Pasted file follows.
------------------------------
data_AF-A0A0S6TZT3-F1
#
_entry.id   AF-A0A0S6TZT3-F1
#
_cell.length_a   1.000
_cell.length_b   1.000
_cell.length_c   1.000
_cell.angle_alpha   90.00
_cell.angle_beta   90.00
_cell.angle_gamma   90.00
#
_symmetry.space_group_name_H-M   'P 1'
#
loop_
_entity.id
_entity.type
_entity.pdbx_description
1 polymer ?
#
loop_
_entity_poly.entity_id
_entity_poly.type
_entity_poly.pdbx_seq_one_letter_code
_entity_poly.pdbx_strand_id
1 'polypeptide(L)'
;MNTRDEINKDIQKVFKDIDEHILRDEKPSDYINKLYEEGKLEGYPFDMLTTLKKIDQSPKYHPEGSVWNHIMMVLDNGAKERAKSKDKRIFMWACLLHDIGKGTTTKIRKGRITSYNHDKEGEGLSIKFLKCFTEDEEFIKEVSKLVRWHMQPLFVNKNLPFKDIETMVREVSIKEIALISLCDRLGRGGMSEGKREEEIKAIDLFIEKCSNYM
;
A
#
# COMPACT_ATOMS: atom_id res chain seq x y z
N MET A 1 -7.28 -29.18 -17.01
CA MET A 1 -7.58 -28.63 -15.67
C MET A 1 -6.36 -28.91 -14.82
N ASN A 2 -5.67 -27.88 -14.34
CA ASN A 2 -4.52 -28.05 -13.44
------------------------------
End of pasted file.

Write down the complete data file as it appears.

data_AF-A0A0S6TZT3-F1
#
_entry.id   AF-A0A0S6TZT3-F1
#
_cell.length_a   1.000
_cell.length_b   1.000
_cell.length_c   1.000
_cell.angle_alpha   90.00
_cell.angle_beta   90.00
_cell.angle_gamma   90.00
#
_symmetry.space_group_name_H-M   'P 1'
#
loop_
_entity.id
_entity.type
_entity.pdbx_description
1 polymer ?
#
loop_
_entity_poly.entity_id
_entity_poly.type
_entity_poly.pdbx_seq_one_letter_code
_entity_poly.pdbx_strand_id
1 'polypeptide(L)'
;MNTRDEINKDIQKVFKDIDEHILRDEKPSDYINKLYEEGKLEGYPFDMLTTLKKIDQSPKYHPEGSVWNHIMMVLDNGAKERAKSKDKRIFMWACLLHDIGKGTTTKIRKGRITSYNHDKEGEGLSIKFLKCFTEDEEFIKEVSKLVRWHMQPLFVNKNLPFKDIETMVREVSIKEIALISLCDRLGRGGMSEGKREEEIKAIDLFIEKCSNYM
;
A
#
# COMPACT_ATOMS: atom_id res chain seq x y z
N MET A 1 -7.28 -29.18 -17.01
CA MET A 1 -7.58 -28.63 -15.67
C MET A 1 -6.36 -28.91 -14.82
N ASN A 2 -5.67 -27.88 -14.34
CA ASN A 2 -4.52 -28.05 -13.44